You were the collector of Kalahandi for 14 months. Do you agree that officers, who were part of the district administration there, showed extra eagerness in promoting Vedanta’s interests?
I don’t agree at all. Development is about the overall growth of the people but at the same time, you cannot say industrialisation is a negative thing. However, it should not be done at the cost of the people. During my tenure as collector, nothing was done against people’s interests. Interestingly, villages which were opposing displacement five years ago are now demanding displacement.
But during your tenure, the people of Lanjigarh staged agitations against the administration.
It is only natural. When a huge industry comes, there are several concerns such as displacement, compensation, rehabilitation and employment. Whatever has been going on in Lanjigarh must be looked at as part of the world economy and its repercussions. But nowhere have we violated prescribed guidelines to favour any company.
Vedanta’s project threatens the livelihood of primitive tribals in Lanjigarh.
The only primitive tribal group in Kalahandi is Kutia Kondh. And their area is not threatened by the establishment of this industry. But, there are certain concerns. The resettlement and rehabilitation package which was offered to them five or six years ago does not look adequate to them today since Posco and others have offered a higher package. Also, they want direct placement in the company instead of being employed with its sister concerns.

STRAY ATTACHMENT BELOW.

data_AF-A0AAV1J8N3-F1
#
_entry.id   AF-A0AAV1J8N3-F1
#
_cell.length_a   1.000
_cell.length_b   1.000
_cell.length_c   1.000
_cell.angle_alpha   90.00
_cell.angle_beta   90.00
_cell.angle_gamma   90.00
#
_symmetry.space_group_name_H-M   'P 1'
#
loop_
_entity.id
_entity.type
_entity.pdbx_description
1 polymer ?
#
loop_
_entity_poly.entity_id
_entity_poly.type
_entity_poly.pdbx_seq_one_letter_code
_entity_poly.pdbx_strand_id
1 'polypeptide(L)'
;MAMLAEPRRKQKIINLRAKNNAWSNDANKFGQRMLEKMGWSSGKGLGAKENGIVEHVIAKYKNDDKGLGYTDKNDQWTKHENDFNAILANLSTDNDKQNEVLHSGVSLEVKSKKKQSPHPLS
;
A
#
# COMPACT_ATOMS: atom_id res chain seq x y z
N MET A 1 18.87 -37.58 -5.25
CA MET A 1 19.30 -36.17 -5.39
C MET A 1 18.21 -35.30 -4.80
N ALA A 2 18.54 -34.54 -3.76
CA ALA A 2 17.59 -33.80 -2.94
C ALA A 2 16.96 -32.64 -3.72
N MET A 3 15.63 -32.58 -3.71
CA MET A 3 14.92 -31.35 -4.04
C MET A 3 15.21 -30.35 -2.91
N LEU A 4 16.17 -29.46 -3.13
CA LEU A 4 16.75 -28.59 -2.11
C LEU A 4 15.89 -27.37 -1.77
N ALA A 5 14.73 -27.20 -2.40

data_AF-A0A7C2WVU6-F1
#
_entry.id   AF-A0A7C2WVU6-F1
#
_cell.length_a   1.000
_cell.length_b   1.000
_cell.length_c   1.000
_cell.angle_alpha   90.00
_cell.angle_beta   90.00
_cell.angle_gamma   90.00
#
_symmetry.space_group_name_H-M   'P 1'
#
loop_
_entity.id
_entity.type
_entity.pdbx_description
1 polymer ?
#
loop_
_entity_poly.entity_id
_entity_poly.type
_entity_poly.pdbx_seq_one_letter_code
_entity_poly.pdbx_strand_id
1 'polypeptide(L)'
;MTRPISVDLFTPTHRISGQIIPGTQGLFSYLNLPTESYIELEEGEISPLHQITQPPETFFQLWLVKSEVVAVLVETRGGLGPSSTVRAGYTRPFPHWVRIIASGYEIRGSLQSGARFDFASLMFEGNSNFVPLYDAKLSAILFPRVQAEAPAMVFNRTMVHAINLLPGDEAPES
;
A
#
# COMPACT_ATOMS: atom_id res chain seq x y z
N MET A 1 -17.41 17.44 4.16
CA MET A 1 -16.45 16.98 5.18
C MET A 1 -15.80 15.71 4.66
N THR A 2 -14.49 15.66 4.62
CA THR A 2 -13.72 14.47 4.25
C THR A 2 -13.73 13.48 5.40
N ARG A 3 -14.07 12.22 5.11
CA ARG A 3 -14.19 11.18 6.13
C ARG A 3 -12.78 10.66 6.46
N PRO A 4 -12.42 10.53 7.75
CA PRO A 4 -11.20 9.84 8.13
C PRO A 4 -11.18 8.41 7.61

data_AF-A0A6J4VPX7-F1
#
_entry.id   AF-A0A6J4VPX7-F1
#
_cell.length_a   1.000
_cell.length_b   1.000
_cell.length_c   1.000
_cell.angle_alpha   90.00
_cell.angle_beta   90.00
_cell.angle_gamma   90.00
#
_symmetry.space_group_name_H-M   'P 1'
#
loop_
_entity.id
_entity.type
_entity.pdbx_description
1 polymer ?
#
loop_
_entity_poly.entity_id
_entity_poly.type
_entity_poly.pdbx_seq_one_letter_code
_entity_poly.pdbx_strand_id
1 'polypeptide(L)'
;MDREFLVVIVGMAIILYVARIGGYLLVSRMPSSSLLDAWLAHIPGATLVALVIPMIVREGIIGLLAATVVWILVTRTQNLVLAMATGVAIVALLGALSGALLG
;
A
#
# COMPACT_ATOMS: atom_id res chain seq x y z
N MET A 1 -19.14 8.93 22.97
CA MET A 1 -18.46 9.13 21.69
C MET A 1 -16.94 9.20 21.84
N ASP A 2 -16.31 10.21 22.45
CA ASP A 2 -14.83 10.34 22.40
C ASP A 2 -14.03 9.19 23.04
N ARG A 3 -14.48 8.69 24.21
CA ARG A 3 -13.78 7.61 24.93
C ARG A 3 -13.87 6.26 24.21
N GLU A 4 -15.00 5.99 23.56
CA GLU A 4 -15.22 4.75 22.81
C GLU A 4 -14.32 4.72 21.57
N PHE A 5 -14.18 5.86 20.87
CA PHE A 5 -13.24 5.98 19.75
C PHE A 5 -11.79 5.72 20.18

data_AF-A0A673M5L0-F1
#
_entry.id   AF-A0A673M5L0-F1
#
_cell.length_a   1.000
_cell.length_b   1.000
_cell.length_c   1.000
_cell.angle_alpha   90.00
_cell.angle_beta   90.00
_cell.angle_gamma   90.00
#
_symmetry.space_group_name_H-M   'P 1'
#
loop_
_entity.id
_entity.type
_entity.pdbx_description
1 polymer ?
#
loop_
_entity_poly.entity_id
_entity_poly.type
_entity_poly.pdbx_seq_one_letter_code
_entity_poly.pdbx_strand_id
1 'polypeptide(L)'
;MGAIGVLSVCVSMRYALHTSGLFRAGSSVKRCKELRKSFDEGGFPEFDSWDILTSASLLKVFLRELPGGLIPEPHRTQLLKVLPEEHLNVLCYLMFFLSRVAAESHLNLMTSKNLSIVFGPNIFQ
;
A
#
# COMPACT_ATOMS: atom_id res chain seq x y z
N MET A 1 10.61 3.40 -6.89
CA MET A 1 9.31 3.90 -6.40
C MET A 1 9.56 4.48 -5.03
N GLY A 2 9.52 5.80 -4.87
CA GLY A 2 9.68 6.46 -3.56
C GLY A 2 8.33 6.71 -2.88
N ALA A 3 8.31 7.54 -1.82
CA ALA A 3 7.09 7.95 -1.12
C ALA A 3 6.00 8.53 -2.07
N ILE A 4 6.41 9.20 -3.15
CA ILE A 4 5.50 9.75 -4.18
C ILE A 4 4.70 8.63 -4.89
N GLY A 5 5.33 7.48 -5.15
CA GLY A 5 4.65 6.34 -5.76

Do you think you have left Kalahandi a better place than it was before you took over as the collector?
No single individual can ever bring about a change to make things better. It is the concerted efforts of politicians, administrators, line departments, NGOs, media and the people who make a difference.
Have you ever got into any confrontation with politicians who are generally overbearing?
No, no, there is never really a confrontation. The relation is not very cordial always but we (bureaucrats) should not think that politicians want things to be done differently. They have deep regard for rules.
Do you feel collectors are overburdened with work?
Yes, the responsibilities are increasing. All collectors have acute dearth of officers. But this is the demand of administration and one has to deliver.